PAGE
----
How I Was Inspired By…My Grandpa’s Alzheimer’s

Kenneth Shinozuka, 17, on the idea behind his medical invention that helps dementia patients stay safe.

We were on a family trip to Tokyo in 2003. My grandfather Deming and I were walking in a park. He was carrying me. And at one point he became completely quiet, and I could tell from the blank expression on his face that he was lost. And it was a really scary experience for me, since I was only 4 at the time and I knew we were lost in a foreign country. I knew he was just circling the park with me while we waited for my mother to come and find us.

KENNETHThat was the year he was diagnosed with Alzheimer’s disease, and over the years it got worse and worse. His decline was slow compared to a lot of other cases—we learned about the Alzheimer’s in 2003 and he passed away last September—but it was steady.

A few years after my grandfather’s diagnosis, he started wandering out of his bed at night. We didn’t know until he wandered outside in the middle of the night, out the door and onto a nearby highway. Thankfully a policeman found him and returned him home. Soon he was wandering at least once per night and my mother, my aunt, and I all took turns looking after him. But when my parents and I moved from Irvine to New York City in 2012, my aunt became my grandfather’s primary caregiver. This put a huge burden on my aunt, who worked during the day and had kids who were getting ready for college. She had to stay awake all night just to make sure he didn’t leave the bed.

We knew something had to be done, and we tried the solutions available on the market then. But nothing reliably detected my grandfather’s wandering. It was a problem I thought about a lot, so I just decided to create something that would successfully alert my aunt whenever he got out of bed.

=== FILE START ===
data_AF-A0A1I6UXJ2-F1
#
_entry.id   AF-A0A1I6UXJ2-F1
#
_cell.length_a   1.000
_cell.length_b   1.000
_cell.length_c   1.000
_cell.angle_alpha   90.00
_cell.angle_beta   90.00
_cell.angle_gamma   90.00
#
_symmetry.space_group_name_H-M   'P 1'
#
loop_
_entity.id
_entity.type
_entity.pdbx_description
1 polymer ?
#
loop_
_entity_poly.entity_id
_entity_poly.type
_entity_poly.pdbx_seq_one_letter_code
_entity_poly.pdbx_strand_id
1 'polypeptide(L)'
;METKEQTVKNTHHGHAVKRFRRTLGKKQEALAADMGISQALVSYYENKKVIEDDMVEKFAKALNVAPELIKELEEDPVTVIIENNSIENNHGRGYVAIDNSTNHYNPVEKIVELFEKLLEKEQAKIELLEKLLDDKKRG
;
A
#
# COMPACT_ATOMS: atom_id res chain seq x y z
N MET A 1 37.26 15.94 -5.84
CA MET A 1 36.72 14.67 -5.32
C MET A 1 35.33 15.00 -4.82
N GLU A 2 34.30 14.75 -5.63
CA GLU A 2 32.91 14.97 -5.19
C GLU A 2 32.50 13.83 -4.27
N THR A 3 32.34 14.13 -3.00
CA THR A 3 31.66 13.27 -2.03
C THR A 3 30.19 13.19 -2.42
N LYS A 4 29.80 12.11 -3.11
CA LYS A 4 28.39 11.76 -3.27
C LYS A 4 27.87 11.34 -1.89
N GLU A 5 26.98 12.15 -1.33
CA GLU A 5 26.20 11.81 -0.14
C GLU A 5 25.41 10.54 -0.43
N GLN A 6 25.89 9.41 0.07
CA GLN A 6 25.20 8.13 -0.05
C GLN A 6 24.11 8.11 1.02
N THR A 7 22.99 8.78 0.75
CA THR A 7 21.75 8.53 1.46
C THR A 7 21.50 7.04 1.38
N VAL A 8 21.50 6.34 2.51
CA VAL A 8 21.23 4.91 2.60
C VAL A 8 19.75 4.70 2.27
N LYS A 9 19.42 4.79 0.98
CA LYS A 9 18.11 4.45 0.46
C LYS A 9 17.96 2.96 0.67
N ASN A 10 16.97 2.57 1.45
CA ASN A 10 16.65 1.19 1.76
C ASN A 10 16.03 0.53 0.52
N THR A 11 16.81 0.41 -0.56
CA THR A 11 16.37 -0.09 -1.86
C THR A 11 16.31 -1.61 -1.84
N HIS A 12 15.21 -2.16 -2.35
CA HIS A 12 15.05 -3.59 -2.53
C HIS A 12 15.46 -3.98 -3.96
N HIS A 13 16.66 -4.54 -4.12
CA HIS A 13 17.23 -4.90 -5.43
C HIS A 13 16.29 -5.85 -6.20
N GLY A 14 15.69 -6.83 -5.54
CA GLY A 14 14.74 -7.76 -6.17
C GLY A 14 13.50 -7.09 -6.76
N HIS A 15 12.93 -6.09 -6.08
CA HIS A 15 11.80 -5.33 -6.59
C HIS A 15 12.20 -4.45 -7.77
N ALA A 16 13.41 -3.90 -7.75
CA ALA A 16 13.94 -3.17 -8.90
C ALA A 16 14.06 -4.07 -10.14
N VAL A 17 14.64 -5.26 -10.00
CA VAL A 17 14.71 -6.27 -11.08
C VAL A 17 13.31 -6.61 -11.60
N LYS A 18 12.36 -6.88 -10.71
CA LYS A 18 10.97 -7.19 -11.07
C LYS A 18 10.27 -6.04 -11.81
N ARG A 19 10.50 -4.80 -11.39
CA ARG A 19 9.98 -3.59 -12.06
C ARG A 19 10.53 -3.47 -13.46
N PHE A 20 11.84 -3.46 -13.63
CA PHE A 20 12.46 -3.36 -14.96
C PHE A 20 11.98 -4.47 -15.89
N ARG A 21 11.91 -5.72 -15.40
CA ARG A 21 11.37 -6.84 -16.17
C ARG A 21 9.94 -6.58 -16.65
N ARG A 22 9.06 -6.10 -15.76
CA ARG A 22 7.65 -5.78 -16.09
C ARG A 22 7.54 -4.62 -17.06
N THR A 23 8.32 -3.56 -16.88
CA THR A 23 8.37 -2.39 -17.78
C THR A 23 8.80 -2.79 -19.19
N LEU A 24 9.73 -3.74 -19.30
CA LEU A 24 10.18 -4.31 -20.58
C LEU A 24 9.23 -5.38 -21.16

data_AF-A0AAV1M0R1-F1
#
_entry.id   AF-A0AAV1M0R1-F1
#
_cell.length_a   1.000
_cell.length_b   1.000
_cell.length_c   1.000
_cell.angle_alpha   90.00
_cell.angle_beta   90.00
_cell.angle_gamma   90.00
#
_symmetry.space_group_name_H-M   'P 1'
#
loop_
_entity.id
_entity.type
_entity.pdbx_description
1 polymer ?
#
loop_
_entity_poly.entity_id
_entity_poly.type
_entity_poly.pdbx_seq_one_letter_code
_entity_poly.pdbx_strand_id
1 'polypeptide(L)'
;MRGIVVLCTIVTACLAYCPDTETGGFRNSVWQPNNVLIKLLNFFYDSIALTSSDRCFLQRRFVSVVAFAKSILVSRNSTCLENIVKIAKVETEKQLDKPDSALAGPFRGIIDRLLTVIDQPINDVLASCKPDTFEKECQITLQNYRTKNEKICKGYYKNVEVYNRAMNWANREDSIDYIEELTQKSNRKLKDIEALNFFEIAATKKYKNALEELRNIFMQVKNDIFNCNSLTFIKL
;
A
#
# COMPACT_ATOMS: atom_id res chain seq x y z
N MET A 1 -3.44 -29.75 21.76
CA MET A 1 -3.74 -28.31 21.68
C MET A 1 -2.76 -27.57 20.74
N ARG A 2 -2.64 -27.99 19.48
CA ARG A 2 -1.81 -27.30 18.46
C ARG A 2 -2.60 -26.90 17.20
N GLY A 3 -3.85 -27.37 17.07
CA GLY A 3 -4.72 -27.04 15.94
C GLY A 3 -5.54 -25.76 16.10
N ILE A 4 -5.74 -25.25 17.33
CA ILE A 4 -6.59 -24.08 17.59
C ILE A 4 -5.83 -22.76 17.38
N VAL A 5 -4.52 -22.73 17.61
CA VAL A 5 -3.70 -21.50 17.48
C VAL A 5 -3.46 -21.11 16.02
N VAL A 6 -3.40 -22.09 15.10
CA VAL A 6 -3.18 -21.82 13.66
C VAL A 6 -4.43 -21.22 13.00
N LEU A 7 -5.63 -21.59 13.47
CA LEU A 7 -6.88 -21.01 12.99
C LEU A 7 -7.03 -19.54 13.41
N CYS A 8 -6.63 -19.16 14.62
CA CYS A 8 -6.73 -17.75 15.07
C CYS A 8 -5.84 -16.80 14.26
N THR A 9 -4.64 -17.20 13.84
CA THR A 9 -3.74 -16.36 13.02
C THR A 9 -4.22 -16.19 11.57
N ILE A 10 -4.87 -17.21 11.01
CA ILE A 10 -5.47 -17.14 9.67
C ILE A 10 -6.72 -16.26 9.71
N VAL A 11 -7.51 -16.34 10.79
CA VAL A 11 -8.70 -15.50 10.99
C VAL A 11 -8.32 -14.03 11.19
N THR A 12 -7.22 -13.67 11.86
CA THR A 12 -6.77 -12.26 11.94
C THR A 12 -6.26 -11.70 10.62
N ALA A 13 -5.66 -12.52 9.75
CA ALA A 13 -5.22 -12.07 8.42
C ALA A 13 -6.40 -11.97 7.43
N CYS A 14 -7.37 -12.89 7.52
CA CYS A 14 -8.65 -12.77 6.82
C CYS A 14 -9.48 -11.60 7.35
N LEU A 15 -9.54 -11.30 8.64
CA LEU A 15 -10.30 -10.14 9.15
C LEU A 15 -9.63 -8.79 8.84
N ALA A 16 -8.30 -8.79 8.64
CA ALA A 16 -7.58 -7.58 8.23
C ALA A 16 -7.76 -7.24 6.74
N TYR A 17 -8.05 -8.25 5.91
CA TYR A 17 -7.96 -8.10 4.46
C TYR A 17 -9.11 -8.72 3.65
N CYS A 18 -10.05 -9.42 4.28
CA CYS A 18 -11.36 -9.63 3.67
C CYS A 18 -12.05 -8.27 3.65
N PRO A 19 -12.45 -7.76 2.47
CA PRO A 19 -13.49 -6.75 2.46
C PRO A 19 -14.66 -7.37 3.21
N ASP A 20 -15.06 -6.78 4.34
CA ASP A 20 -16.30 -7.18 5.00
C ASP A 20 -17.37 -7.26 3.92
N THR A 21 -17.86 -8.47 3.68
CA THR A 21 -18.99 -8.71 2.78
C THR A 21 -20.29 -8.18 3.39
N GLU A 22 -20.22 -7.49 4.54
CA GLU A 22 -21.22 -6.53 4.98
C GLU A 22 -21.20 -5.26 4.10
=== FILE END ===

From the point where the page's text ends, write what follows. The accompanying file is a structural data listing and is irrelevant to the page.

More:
The same year we moved, I came back to California for Thanksgiving break. I was 14. I was watching my aunt help my grandfather out of bed, and the moment his foot landed on the floor I thought, “Why don’t I put a pressure sensor on the tip of his foot that would send an alert to my aunt’s smartphone whenever he got out of bed?”

I’ve been working on this idea for three years now and started with two prototypes. One is a sock with a sensor embedded inside, and the other is a sensor that can be attached to the patient’s foot, sock, or slipper. I had my aunt test the prototypes with my grandfather for more than 12 months, and they were able to detect 100 percent of the known cases of his wandering. My grandfather didn’t suffer any accidents after that.

I tested the sensors at several care facilities during the summer of 2014 and quickly learned that I needed a non-sock solution; many dementia patients refuse to wear socks to sleep. If you put one on, they immediately take it off. So I’ve developed a sensor that’s affixed to the patient’s clothing and detects wandering by measuring changes in a person’s body angle. We’ve been testing it at care facilities and have had good results. This is the model we’re selling on my website, safewander.com. It’s called the SafeWander Button Sensor.

I remember how moved my family was when the device first caught my grandfather’s wandering. My aunt cared only that my grandfather would be safe at night, but we could see, immediately, the positive impact on her. It brought her peace of mind, rest, and a break at the end of the day. Those things are so important for caregivers, and as the disease progresses they become a bigger and bigger deal for the entire family.

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